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An empirical approach for defining acceptable levels of risk: a case study in team sports
  1. C W Fuller,
  2. C J Ward
  1. 1
    Centre for Sports Medicine, University of Nottingham, Nottingham, UK
  1. Dr C Fuller, Centre for Sports Medicine, University of Nottingham, Nottingham NG7 2UH, UK; colin.fuller{at}


Objectives: To determine acceptable levels of risk in sport and to compare these with values used in occupational settings.

Design: Cross-sectional, questionnaire-based study.

Settings: Seven soccer and 11 rugby union teams.

Subjects: 140 male athletes and 108 male and 100 female spectators associated with soccer and rugby union teams.

Main outcomes: Views on acceptable frequencies with which athletes sustain acute injuries of various levels of severity.

Results: The responses of athletes and spectators were similar, although spectators consistently indicated a higher acceptable frequency of injury than athletes. There were no significant differences in responses as a function of respondents’ gender and age. The results confirmed an inverse relationship between the acceptable frequency of occurrence and the severity of injury, although the relationships identified by the risk-averse and risk-taking minorities within the sample population were widely different.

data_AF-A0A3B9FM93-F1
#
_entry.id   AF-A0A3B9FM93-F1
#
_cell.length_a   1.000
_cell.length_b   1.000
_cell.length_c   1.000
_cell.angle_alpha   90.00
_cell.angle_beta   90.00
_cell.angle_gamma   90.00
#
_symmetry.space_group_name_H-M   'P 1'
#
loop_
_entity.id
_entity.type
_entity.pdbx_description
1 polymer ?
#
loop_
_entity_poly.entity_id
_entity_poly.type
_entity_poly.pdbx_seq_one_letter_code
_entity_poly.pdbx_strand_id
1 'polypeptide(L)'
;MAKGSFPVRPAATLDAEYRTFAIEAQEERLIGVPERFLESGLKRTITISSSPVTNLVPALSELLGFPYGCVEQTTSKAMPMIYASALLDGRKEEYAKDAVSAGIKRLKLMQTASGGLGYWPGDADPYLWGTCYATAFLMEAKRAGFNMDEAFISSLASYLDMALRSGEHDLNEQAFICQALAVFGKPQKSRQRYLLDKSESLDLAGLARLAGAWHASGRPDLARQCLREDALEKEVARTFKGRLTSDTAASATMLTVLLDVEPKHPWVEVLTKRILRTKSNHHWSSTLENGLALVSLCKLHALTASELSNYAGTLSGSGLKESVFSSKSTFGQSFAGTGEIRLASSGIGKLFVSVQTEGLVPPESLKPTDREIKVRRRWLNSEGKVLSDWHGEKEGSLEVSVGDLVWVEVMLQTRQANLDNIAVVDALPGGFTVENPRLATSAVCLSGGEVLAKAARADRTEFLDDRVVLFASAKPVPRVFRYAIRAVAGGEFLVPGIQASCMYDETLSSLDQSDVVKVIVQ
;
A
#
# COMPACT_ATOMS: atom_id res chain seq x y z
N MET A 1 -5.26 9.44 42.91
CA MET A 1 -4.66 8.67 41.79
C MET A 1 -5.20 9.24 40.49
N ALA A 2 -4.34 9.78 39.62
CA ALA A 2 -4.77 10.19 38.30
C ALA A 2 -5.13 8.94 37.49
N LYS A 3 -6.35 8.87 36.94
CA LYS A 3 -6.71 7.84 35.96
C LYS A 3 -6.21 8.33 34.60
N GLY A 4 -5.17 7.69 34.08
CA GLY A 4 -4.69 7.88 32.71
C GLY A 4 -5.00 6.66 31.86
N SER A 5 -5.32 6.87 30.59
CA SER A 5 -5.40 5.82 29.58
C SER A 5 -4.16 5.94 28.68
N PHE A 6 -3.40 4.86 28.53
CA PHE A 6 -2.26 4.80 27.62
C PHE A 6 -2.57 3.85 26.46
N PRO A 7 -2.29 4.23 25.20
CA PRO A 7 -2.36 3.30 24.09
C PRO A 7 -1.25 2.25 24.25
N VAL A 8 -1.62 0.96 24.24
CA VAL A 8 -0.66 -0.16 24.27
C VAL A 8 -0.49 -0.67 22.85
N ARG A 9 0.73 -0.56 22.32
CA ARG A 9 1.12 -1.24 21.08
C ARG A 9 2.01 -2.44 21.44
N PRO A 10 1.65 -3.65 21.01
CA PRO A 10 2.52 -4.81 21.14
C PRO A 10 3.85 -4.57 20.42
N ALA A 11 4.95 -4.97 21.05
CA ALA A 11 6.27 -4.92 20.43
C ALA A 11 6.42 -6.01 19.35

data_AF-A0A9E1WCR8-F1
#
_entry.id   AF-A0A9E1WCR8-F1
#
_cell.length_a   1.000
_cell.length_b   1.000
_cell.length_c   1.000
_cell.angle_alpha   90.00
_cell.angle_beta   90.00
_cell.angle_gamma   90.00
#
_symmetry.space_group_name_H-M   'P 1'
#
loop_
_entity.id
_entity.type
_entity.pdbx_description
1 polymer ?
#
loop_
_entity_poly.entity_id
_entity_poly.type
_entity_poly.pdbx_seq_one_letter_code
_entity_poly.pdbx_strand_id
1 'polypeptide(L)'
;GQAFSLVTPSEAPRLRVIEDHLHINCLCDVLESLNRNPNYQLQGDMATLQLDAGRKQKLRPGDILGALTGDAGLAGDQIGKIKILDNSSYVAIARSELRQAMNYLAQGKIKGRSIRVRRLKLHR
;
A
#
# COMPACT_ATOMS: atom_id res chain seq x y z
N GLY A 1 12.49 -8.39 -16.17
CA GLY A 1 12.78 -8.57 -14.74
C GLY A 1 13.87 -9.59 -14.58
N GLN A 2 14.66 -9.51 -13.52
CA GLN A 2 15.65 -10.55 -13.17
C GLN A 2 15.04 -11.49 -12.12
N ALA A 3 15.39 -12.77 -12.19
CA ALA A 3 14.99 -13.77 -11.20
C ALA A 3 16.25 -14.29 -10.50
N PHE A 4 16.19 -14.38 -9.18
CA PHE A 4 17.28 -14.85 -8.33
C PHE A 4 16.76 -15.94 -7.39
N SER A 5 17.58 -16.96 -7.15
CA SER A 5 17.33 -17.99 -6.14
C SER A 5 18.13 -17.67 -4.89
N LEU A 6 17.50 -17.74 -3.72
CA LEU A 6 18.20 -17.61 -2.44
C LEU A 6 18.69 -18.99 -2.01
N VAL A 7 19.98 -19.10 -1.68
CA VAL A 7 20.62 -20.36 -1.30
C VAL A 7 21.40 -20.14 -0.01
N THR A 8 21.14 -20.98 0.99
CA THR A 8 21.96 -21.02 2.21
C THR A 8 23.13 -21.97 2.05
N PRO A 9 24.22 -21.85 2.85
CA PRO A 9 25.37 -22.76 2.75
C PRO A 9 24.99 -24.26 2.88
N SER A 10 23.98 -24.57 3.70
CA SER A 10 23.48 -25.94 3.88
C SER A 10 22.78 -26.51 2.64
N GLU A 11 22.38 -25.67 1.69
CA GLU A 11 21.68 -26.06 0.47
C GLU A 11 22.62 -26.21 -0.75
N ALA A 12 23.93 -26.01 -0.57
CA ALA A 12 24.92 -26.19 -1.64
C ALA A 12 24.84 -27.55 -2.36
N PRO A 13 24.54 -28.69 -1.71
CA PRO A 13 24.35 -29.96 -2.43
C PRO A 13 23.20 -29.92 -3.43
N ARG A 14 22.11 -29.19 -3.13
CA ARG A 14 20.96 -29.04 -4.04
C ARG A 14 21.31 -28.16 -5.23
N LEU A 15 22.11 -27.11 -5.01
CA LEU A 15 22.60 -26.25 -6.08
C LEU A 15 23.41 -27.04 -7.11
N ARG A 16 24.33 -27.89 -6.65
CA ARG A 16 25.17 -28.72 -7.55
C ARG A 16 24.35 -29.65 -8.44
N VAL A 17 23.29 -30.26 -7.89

Conclusion: The mean frequency–severity risk relationship identified by athletes and spectators in soccer and rugby was similar to the relationship routinely used for risk assessments in industry and commerce.

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